The first fascinating thing about this book is its cover. It’s a title called BEEF, so what did Math Paper Press decorate the cover with? Sliced up fish, of course, because that’s what Math Paper Press does.
The poems hidden beneath this mind-flipping cover are no less provocative. For me, reading BEEF felt like an almost intrusively intimate exploration of relationships and family, and all the layers that make up love and attachment.
There are many ways to tell the story of where you came from, begins the poem Partition, and in BEEF, it starts with the encapsulating walls of your home, of the people who live in a close press around you, in an urban world where physical closeness does not always translate to understanding or affection. Nurul brings us through a methodical, sometimes acerbic, exploration of our shared living spaces, from religion practised in dusty corners, to the tranquilising (anaesthetizing?) effect of household chores.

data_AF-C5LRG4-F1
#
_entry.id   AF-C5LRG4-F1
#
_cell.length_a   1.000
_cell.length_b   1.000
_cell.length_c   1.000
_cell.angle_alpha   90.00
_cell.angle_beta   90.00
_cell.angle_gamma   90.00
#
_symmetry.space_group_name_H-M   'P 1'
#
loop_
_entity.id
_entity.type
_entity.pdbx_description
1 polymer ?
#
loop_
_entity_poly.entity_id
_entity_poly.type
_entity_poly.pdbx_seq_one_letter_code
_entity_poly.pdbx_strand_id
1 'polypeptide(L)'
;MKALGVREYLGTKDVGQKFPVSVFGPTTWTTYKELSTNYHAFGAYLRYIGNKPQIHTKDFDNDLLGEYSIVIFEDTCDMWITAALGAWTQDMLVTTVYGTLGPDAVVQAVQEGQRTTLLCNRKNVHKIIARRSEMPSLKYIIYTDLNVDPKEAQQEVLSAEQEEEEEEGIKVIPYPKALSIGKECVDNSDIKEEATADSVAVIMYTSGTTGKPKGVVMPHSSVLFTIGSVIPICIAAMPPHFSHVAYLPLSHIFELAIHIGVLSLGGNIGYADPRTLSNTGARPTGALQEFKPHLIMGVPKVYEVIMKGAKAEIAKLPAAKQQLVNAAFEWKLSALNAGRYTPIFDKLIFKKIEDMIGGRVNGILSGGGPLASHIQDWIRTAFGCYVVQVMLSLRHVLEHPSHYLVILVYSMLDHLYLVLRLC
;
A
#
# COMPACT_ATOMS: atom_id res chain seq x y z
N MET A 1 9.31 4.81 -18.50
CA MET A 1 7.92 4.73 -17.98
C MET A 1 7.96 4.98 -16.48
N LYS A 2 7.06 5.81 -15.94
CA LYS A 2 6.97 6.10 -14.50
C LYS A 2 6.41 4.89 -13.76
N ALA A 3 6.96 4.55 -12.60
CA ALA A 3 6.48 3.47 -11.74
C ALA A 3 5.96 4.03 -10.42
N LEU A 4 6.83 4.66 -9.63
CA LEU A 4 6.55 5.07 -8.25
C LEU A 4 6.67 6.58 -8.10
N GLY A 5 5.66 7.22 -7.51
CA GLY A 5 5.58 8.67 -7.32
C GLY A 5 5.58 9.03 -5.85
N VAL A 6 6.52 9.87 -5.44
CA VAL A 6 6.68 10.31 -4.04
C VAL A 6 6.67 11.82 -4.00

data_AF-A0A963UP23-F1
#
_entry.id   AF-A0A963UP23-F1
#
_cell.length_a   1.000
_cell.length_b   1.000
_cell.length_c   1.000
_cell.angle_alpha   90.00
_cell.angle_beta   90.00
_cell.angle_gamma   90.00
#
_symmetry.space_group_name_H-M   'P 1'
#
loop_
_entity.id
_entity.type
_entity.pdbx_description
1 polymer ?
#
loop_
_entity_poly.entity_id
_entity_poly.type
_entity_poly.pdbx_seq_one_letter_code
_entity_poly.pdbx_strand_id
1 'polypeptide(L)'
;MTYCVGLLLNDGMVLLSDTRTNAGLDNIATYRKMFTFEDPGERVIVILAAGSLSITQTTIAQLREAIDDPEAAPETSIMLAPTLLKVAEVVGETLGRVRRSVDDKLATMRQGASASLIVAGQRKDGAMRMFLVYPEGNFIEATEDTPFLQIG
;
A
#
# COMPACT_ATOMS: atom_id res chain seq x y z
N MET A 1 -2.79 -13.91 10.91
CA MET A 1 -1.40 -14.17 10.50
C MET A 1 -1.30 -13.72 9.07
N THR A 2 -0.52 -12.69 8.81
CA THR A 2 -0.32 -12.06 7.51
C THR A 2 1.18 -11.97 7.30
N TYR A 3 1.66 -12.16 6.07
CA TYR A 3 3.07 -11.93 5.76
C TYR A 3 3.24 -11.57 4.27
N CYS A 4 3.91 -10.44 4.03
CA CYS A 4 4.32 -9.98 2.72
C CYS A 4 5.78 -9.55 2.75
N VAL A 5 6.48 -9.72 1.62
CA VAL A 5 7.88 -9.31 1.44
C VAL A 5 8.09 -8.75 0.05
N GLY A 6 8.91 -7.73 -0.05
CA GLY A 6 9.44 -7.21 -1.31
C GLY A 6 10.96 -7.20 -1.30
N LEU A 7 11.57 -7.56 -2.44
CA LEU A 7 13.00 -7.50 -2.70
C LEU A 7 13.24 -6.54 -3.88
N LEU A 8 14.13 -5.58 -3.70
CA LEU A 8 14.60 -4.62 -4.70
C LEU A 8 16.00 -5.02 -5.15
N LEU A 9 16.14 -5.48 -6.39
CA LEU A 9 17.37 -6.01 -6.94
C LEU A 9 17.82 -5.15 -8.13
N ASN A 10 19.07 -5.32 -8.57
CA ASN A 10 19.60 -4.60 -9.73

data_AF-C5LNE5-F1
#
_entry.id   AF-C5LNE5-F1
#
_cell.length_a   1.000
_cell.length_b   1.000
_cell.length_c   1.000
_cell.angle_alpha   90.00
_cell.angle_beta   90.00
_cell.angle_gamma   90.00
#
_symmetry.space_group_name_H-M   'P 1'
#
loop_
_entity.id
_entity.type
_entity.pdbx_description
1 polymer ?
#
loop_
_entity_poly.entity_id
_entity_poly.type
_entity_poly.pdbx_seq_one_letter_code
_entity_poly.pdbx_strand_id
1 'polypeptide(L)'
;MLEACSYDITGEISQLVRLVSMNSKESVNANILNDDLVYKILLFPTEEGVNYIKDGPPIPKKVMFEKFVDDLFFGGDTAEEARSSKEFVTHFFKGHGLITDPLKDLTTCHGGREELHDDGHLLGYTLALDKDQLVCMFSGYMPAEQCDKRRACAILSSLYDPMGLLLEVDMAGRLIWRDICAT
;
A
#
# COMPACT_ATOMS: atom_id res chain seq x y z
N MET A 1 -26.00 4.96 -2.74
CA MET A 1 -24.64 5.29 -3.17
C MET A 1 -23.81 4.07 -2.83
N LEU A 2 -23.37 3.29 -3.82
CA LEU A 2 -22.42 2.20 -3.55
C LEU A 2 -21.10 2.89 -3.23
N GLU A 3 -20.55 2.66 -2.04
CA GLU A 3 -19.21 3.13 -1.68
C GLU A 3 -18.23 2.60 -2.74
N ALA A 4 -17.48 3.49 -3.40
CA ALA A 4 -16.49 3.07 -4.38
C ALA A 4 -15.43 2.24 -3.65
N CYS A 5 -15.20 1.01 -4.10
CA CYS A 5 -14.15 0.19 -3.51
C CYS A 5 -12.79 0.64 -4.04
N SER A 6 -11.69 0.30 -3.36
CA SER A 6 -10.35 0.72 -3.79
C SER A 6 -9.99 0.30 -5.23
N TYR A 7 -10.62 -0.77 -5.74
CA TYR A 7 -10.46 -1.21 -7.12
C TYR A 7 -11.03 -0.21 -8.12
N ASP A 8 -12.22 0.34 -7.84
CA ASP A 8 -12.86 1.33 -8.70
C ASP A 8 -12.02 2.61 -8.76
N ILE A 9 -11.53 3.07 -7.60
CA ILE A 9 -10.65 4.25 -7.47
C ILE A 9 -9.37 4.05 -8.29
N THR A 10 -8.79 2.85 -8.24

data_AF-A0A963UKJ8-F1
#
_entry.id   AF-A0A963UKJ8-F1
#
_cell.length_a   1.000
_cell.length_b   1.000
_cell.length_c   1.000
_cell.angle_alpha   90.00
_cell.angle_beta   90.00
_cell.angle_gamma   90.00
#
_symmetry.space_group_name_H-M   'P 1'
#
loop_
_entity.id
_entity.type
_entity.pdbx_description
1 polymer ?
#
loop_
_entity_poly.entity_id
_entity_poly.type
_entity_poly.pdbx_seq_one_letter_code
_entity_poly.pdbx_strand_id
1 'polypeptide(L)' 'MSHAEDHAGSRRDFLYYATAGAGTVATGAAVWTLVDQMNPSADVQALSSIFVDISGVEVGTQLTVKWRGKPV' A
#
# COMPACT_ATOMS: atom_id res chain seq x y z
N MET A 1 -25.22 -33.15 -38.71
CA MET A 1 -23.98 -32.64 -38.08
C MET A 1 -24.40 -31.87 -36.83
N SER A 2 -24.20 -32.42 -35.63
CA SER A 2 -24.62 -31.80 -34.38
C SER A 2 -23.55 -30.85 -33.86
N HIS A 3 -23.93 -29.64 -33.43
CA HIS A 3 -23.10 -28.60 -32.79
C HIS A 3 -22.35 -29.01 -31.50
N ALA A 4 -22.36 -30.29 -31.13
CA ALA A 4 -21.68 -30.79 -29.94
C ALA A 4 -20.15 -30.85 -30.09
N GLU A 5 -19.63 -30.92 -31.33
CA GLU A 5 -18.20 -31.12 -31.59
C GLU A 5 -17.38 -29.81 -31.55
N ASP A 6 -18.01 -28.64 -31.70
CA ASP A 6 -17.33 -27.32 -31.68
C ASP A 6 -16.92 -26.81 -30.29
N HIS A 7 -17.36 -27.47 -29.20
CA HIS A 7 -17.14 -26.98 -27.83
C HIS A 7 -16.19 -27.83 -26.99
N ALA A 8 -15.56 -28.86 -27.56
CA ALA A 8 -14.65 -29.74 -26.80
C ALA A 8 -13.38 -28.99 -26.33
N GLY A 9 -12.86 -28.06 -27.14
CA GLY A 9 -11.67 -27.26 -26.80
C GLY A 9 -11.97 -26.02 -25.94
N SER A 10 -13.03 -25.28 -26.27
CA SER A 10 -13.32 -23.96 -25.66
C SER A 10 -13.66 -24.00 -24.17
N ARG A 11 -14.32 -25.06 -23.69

Curiously, this book of poems made me think of HDB flats. It’s as if Nurul is standing there beside me, in my kitchen, as I stare out across the courtyard directly into the multiple glowing squares of my neighbours’ kitchen windows. She picks out one window after the other, and describes what each resident is feeling in that moment, as I secretly watch them while pretending to brush my teeth.
The old lady with arthritis, struggling to bring her laundry in. The mother whispering prayers at a makeshift altar in her laundry room. The bickering siblings, their shrill voices falling into a murmuring babble when dinner is served. The family gathered around the television set, in strict order of who will make the most fuss if their view is blocked. The elderly widower, watering his plants in the common corridor, adrift in memory.
Each poem in BEEF quietly strips down the armour of our daily domestic lives, penetrating walls, placing the reader into the souls of the sullen teenager, the bewildered child, the watchful grandmother, revealing the beauty, sorrow and sweetness of domestic everyday relationships.
by Meihan Boey